IDK. Seems like most people on this thread either love or hate 1x with a passion, while I see pluses and minuses. Overall I like 1x, but range and not having the bigger jump between rings are definite disadvantages.

        • I ride mostly in the mountains with long climbs and long descents, and what I really need is one or two low range gears for going up and 5 or so gears for descending. On my 1x I typically use the 2 easiest gears going up, and then the bottom half of the cassette on the way down. I very rarely use 6-7-8-9.

          Revised Hammerschmidt + XO1 DH 7sp might be a pretty rad setup, super crisp shifting plus a low range climbing gear.

  38. I think we will have a tougth and nice battle this summer ! Sram eagle 10-50 vs Shimano XT Di2.
    There will be blood !

  39. This entire comment thread is hilarious.

    1x side: You are weak and puny and I’m a bad azz and I ride 10k feet of climbing in 2 miles, and my trails top out at 24,000 feet, and I easily crush it on my 1x, and anyone who disagrees is a loser and must be fat. Wusses!

    2x side: I’ve been riding 2x forever and I’m never changing because I’ve never tried 1x but I know it’s stupid and has less range and you suckers are walking because it’s not possible to ride MY STEEP TRAILS with a 1x.

    Seriously, who the F cares? SRAM will go all 1x, Shimano will give us the option of 2x or 3x. Those who are total badazzes who we should all bow down to, can ride 1x, those who don’t worry about things like “simplicity of shifting” can use 2x, and get their engineering degree to figure out how to shift. 1x, 2x, 3x…none are going away…ever, so choose your weapon and go with it, and stop arguing because no one is right.

  40. My typical rides here in Colorado start with 2-5 miles on pavement, a 30-90 minute climb often at 10% or higher grades, and a then the downhill on dirt and road back home… on the weekends there may be a few more ups & downs. I use all my gears on a (SRAM X9) 24/36 11-36 double on every ride. In 3 years, I have had chain suck only 1-2 times, and when I get dropped, it is because I suck, not because I have an extra 100g of a FD

    I like the idea of a single for some cases, I toy with the idea of a burly 27.5+ bike that I think would make best sense as a 1x , but most of my miles will be on my XC bike and I’ll keep that as a double for as long as I can.

  41. I don’t think I’ve sold a mountain bike with a front derailleur in a couple of years. And my customers basically dictate what goes on the bike, so I’d say the riders have basically spoken on that one.

  42. Makes sense that SRAM would abandon the FD, they have never made one that functioned properly. So, congratulations SRAM you have finally learned your limit…..

  43. To everyone who says some variant of “I live in the mountains and use 1x and it’s fine”, I have the following to say, please remember that not everyone is as strong as you- some people don’t have as much time to train as you (for example, they have jobs or family commitments), or have a naturally heavier body type. Saying you’re fine with 1x doesn’t mean everyone else will be, or should be. It comes off as elitist- “I’m lucky enough to have tons of time to train and/ or have a slim build- if you need an FD, you’re weak”.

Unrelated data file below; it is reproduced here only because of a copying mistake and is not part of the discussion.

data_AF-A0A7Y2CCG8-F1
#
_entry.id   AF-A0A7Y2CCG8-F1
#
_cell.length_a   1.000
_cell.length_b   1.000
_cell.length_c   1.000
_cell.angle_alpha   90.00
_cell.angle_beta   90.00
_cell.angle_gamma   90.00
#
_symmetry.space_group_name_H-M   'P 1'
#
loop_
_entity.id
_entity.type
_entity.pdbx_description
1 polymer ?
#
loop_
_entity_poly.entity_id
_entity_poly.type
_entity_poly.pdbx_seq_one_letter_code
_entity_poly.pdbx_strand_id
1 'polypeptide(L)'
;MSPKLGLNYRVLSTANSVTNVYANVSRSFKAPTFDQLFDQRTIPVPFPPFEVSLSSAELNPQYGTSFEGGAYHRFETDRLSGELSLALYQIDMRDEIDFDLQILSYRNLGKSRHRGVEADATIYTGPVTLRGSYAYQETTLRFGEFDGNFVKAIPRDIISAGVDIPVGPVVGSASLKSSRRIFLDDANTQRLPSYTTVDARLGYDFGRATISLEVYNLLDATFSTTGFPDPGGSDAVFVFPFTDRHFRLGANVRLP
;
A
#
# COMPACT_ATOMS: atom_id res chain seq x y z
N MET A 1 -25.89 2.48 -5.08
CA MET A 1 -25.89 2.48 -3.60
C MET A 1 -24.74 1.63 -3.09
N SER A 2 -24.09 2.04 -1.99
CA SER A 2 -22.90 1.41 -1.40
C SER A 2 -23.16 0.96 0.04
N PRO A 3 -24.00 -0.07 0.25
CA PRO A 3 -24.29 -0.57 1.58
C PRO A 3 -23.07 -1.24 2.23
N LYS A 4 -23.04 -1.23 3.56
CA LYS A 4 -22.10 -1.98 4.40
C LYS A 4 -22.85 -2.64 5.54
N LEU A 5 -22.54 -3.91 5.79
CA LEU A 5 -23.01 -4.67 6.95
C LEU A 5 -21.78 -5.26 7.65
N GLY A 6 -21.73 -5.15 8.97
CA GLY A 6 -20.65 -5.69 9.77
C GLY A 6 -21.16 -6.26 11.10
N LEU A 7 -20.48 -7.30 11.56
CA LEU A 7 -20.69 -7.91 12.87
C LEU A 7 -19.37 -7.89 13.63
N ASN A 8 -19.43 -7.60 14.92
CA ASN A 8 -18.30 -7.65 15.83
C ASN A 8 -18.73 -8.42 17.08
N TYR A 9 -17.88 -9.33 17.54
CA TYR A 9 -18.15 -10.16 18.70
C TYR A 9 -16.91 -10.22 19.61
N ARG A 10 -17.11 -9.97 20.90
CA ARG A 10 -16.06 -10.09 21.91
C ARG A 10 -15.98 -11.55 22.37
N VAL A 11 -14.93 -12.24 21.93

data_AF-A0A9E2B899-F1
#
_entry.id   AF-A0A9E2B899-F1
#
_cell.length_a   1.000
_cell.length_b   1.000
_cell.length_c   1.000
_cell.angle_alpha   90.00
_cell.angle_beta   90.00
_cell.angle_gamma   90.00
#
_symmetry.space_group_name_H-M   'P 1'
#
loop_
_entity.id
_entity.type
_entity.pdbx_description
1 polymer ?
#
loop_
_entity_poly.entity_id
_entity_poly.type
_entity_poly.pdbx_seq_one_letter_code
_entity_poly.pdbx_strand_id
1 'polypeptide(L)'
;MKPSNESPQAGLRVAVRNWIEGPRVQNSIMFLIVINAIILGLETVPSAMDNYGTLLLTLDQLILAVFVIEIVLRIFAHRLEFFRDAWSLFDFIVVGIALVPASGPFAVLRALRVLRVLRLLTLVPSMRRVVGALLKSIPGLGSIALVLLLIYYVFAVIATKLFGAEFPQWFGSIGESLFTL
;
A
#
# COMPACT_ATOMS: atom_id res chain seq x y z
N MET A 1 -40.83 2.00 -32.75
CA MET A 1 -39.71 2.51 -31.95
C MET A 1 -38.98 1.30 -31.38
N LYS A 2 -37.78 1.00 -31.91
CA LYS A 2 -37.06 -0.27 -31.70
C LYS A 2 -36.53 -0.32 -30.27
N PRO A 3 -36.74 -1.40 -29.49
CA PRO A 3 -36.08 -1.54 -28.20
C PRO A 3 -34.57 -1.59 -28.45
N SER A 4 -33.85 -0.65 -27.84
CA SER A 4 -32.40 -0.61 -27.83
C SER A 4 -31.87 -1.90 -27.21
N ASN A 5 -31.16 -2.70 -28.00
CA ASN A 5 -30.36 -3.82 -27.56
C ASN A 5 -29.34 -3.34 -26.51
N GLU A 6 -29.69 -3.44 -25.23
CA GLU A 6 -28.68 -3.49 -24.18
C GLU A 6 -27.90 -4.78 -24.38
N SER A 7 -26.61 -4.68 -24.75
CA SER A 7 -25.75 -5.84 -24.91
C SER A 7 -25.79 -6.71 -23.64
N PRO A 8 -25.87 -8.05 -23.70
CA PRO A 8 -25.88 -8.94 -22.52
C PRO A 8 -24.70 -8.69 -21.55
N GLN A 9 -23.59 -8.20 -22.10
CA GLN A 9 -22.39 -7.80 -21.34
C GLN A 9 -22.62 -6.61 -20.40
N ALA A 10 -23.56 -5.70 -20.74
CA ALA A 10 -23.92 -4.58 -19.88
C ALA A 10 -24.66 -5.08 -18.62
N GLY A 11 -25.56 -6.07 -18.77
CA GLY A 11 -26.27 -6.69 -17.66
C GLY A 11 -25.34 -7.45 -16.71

To everyone who says that low gears are slower than walking, yes, that’s true sometimes. But some of us like on principle to stay on the bike and not put our feet down. It’s a preference, that’s all- some say to hell with it on super slow uphills, some don’t like to do that.

  44. Hey y’all. Remember back when Shimano came out with Di2, and what SRAM said about electronic shifting? Here’s their marketing department’s copy to help you remember http://303cycling.com/Help-SRAM-Communicate-their-Stance-on-the-Electronic-Shifting-Trend

    A choice quote: “SRAM believes the bicycle is a pure, leg and lung-powered expression of utter simplicity and grace. And using a battery to power an essential part of the experience just isn’t right. Or necessary. Especially because the real performance benefits of electronic shifting really don’t exist.”

    SRAM is 100% a marketing company that happens to have a manufacturing division attached to it. Literally everything they say is spin to cover for their sub-par product.

  45. Non of you mention what wheel size your using.
    When I did the maths on the ratios for example between a my old GT idrive 2 on 26″ wheels running shimano 22,32,42 triple to 11-32 rear and my new Trek Fuel Ex 9.9 29er 1 x 11, 34T to 10-42 XX1 a rare beast, the ratios are nigh on the same, 27.5 would be somewhere in between.
    I’ve never used the 22f to 32r 26″ wheel combination on even the steepest climbs.
    I’m actually considering 36T upfront on the Fuel Ex.
    I did miss the quick gear drop I had from the triple until I got used to XX1 but I can with 2 full down shifts drop 6 gears quick enough when needed.
    I wouldn’t go back to 2 or 3 x there’s no need for it anymore.
    Gear shifting properly on more than one chainring needs to be learnt to be used efficiently, it’s all down to personal preference and the knowledge to maintain it properly for efficient shifting.
    No disrespect to the occasional rider on a cheap bike but they don’t ride enough to gain the necessary skills or maintain the drive train properly.